The Impact of MDT on Intermittent Hormone Therapy: Insights from the EXTEND Trial, Journal Club - Rashid Sayyid & Zachary Klaassen

June 8, 2023

Rashid Sayyid and Zach Klaassen dissect the findings of the EXTEND trial, a phase two randomized study focused on the effects of adding metastasis-directed therapy (MDT) to intermittent hormone therapy for oligometastatic prostate cancer. As per the JAMA Oncology published report, despite evidence supporting systemic therapy intensification for metastatic prostate cancer, the combination of MDT and hormone therapy hadn't been evaluated until now. The EXTEND trial, investigating 12 distinct solid tumor types, revealed that MDT in combination with hormone therapy improves progression-free survival and modulates immune response in patients with oligometastatic prostate cancer. The researchers also highlight the study's limitations, such as accruing prior to the routine use of PSMA PET/CT scan, but consider its results significant in terms of enhanced treatment outcomes and minimized duration of medical castration.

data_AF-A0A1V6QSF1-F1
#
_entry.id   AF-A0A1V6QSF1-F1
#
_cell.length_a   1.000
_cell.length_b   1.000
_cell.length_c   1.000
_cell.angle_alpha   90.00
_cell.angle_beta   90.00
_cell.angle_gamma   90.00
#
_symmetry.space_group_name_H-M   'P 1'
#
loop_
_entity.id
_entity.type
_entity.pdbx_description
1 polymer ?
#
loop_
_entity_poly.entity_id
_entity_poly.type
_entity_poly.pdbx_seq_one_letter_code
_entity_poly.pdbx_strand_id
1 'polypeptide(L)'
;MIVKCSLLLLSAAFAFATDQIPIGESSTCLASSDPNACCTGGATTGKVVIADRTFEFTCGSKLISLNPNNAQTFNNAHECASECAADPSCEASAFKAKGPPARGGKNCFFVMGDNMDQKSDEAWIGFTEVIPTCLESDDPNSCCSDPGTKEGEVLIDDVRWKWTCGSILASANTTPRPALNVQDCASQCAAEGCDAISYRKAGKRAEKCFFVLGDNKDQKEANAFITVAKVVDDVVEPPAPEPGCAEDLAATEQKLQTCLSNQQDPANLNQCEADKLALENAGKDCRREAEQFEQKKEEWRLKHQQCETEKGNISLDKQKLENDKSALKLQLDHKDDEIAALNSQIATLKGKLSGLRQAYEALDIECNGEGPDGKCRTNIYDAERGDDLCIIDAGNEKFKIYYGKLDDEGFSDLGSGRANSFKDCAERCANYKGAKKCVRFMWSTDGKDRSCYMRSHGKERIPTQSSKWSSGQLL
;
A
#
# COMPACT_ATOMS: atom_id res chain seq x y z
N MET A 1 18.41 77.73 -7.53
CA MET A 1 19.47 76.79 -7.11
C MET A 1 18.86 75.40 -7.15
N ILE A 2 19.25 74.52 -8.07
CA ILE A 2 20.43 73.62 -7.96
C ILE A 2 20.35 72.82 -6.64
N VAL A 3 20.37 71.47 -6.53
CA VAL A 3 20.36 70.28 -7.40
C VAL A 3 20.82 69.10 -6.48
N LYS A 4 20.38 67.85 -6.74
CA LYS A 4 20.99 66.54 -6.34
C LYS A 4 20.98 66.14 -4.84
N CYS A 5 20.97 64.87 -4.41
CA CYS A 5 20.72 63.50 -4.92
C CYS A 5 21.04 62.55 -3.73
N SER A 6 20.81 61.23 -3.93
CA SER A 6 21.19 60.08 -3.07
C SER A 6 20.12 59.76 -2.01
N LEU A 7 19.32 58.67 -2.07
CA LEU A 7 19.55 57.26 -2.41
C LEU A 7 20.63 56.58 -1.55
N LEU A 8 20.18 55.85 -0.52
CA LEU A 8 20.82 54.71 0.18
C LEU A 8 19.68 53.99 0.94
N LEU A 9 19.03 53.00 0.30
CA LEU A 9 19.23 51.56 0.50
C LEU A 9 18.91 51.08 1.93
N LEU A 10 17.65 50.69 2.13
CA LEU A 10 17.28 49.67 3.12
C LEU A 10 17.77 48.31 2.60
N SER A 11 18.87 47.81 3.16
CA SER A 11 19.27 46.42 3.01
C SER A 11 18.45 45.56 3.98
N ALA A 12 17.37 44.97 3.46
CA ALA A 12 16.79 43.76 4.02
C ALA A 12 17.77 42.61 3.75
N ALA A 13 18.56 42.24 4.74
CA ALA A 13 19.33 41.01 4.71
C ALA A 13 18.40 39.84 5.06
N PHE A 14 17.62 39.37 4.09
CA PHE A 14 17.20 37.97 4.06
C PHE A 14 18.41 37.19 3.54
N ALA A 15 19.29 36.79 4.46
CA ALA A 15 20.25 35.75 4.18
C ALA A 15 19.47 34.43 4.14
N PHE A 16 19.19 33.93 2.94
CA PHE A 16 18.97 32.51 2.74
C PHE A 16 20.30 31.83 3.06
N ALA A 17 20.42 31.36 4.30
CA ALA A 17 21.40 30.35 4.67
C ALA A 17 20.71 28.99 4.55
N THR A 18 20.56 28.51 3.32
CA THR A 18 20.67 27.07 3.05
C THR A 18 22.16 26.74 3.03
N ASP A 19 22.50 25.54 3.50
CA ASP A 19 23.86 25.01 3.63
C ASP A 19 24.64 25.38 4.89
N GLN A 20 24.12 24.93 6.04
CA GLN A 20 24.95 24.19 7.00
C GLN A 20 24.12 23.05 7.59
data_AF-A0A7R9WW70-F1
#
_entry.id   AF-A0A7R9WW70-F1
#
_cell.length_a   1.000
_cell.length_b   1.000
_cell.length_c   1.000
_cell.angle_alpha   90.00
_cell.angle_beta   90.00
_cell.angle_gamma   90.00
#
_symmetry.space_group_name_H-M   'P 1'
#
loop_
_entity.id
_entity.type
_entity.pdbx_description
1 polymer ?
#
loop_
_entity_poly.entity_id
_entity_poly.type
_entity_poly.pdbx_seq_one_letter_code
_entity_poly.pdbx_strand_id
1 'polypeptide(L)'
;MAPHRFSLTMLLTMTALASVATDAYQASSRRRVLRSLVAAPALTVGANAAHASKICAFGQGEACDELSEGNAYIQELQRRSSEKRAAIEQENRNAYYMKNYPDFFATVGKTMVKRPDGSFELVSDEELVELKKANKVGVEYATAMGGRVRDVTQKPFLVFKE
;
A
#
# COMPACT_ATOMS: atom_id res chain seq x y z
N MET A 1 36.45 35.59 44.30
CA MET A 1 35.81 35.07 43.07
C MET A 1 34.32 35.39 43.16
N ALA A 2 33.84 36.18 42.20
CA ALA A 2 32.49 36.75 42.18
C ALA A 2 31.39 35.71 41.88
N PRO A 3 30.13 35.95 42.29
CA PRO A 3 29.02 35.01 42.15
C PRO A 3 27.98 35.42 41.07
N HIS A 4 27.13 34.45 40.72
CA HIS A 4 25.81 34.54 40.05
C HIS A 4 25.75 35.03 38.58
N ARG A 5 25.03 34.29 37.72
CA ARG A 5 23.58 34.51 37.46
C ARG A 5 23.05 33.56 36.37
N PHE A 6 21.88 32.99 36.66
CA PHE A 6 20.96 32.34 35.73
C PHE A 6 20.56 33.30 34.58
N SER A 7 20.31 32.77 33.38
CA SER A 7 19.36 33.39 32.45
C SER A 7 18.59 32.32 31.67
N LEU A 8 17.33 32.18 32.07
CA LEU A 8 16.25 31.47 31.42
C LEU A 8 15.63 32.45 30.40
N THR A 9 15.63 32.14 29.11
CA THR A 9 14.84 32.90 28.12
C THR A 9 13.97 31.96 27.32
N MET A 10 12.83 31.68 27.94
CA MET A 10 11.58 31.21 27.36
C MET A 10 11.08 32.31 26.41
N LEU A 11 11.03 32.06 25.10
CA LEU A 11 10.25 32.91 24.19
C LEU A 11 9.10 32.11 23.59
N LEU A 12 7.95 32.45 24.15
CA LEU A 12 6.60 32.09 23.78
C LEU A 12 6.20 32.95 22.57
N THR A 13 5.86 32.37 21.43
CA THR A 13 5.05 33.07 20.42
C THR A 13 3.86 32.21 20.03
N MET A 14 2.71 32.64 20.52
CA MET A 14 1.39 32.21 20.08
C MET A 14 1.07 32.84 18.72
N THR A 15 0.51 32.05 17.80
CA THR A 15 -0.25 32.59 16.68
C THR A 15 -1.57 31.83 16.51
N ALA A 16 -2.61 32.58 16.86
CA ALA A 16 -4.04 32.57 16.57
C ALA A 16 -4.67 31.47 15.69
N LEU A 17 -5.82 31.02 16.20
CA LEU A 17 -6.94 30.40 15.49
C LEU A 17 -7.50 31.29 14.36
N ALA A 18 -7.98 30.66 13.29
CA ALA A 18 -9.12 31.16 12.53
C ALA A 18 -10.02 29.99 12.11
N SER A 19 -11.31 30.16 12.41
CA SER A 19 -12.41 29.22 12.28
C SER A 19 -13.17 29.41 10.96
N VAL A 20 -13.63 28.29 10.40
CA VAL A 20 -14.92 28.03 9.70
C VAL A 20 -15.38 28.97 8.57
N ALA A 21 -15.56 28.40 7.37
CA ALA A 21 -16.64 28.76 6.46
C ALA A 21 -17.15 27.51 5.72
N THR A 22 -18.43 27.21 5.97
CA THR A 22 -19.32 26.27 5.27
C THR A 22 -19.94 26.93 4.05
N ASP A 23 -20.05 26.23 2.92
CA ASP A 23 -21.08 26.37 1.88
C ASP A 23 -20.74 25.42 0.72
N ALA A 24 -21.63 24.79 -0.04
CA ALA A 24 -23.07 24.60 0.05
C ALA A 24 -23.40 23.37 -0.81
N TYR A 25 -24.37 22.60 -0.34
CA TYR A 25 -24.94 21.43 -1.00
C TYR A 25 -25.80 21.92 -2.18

Rashid Sayyid, MD, MSc, Urologic Oncology Fellow, Division of Urology, University of Toronto, Toronto, Ontario

Zachary Klaassen, MD, MSc, Urologic Oncologist, Assistant Professor Surgery/Urology at the Medical College of Georgia at Augusta University, Georgia Cancer Center

Read the Full Video Transcript